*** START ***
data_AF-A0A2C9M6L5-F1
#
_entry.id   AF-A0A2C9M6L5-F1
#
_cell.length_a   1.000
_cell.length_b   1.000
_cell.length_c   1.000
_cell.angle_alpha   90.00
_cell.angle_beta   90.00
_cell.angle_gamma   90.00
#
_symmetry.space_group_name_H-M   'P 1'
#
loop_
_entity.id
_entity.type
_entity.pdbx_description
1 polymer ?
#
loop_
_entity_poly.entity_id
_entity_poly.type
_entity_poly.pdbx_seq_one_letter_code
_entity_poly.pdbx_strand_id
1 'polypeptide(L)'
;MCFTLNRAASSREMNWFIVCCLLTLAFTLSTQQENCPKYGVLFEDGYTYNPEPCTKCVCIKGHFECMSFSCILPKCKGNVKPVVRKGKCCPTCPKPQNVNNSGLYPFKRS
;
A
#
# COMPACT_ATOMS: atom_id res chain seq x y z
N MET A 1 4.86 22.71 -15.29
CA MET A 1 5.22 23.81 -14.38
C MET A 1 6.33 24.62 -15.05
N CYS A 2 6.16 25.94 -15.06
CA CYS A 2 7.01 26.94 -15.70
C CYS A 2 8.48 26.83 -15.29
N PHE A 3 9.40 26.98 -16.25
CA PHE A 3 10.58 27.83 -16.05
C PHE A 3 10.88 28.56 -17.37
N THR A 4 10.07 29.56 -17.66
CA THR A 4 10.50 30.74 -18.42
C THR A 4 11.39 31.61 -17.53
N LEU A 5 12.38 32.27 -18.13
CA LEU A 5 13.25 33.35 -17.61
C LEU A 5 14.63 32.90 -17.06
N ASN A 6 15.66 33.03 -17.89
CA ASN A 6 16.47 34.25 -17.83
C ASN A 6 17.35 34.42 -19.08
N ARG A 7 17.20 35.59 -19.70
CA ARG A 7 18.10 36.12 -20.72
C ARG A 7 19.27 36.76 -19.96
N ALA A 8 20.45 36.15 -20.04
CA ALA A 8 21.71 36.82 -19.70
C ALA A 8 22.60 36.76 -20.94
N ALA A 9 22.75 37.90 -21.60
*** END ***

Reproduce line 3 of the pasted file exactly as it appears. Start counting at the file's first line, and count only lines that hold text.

_entry.id   AF-A0A2C9M6L5-F1